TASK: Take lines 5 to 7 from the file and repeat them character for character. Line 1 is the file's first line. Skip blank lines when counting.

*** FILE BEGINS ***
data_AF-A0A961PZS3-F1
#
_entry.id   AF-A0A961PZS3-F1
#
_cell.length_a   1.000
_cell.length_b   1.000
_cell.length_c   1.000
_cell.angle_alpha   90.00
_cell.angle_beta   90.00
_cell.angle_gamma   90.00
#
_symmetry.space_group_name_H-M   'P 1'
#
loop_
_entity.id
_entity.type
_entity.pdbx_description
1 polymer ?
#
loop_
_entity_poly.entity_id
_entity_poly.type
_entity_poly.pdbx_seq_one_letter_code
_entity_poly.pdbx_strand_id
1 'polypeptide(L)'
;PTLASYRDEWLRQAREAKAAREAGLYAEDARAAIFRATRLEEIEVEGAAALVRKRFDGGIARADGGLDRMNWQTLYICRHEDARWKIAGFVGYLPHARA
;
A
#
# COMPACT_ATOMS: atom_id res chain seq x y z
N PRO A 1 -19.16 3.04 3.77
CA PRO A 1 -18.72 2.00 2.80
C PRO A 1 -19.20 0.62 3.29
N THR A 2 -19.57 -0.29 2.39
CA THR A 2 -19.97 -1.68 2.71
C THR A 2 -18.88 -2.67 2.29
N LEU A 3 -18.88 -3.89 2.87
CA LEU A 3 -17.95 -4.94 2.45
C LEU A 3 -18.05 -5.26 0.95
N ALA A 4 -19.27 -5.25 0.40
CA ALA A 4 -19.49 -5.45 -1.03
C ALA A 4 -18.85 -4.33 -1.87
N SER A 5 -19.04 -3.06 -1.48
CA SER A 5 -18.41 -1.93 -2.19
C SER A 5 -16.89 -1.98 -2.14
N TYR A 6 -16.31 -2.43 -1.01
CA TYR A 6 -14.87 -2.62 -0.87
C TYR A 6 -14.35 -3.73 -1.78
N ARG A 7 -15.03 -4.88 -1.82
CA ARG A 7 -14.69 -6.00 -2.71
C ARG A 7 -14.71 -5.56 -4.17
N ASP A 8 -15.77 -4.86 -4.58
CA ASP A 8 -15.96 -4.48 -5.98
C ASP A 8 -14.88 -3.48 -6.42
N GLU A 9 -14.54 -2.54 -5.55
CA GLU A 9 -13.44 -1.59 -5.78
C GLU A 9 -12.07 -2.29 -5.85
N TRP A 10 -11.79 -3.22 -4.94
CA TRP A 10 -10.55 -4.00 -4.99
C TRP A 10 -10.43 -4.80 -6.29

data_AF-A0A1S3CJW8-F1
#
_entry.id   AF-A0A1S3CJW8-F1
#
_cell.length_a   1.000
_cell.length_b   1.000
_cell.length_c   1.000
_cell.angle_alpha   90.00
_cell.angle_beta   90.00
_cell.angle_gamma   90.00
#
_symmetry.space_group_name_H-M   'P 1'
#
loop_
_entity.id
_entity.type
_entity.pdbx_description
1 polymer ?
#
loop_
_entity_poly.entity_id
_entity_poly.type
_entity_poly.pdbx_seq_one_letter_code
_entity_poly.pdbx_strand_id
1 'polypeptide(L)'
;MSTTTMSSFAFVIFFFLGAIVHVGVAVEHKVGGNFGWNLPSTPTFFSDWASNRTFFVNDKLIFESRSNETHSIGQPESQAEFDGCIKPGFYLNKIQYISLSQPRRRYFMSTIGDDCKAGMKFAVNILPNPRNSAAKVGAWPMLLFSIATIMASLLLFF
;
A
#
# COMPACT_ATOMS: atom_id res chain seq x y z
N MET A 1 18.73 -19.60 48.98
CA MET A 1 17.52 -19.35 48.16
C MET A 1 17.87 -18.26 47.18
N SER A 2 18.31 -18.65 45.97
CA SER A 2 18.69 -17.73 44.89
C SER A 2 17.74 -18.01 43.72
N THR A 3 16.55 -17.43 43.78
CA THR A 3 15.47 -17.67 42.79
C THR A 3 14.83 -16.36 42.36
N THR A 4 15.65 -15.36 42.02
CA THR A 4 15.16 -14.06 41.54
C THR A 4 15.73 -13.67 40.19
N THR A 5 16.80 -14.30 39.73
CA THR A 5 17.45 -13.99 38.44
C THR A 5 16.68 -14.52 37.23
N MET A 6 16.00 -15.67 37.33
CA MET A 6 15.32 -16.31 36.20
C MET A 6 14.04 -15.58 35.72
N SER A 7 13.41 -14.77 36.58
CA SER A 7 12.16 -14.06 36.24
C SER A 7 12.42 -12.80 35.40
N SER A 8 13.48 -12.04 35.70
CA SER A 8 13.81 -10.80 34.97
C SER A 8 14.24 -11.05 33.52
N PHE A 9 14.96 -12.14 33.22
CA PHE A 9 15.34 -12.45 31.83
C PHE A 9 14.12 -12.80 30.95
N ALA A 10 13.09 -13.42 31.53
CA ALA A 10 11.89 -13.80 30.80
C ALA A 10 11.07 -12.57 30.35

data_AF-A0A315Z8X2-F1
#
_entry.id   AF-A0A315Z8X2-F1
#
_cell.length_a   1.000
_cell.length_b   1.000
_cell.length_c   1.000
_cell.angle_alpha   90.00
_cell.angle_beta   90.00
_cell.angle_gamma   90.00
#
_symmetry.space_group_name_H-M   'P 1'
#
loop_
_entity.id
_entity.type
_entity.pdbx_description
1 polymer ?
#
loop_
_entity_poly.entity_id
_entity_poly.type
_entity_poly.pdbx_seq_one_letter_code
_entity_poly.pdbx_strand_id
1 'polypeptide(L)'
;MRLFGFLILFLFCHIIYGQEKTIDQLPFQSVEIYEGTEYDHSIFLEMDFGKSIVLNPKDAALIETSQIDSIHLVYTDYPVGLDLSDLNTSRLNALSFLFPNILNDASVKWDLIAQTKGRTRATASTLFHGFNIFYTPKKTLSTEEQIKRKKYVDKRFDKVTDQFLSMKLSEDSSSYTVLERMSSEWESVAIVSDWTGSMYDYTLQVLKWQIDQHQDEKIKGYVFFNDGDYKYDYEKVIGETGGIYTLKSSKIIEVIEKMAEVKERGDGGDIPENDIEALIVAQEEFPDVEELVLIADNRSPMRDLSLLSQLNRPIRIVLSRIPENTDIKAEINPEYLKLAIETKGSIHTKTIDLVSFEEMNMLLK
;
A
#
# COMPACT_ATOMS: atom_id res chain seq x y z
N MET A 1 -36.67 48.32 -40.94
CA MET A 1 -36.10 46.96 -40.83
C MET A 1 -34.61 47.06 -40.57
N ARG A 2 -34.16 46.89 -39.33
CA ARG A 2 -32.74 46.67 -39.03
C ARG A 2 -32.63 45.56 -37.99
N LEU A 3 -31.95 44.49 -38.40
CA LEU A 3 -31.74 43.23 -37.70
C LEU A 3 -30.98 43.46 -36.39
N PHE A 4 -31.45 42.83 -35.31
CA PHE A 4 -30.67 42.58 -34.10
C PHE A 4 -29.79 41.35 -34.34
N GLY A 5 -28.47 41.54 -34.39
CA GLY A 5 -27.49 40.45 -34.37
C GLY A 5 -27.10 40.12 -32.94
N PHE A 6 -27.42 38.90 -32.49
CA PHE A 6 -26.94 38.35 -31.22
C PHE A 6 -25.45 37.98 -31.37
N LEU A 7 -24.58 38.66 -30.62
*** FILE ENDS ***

_cell.length_a   1.000
_cell.length_b   1.000
_cell.length_c   1.000